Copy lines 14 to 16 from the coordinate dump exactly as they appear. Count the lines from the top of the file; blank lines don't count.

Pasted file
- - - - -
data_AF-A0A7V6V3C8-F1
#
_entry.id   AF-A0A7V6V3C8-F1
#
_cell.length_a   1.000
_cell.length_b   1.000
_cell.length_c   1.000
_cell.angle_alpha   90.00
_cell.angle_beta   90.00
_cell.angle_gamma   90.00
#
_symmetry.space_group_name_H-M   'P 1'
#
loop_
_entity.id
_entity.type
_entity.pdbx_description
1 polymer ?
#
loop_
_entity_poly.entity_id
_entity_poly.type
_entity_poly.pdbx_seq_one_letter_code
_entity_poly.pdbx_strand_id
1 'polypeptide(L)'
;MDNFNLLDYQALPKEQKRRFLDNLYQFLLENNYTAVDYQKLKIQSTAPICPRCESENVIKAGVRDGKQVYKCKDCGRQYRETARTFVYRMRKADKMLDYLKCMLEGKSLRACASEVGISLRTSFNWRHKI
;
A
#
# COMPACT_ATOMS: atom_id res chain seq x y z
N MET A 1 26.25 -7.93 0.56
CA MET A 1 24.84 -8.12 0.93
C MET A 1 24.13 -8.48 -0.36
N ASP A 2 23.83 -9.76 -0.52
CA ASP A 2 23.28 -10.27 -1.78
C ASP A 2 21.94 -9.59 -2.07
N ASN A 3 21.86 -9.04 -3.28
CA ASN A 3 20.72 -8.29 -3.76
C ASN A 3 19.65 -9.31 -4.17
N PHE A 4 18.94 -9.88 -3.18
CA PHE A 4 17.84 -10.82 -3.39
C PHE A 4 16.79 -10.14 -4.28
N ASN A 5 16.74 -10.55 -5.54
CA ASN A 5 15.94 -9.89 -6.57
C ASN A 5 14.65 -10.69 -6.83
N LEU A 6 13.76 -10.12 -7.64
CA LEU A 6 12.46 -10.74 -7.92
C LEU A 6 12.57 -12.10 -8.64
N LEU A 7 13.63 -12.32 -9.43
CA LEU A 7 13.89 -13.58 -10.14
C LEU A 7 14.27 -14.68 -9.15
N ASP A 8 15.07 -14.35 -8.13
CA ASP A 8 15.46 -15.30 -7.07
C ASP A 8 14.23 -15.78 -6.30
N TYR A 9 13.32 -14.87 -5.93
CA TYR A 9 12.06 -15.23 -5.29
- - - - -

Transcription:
loop_
_entity.id
_entity.type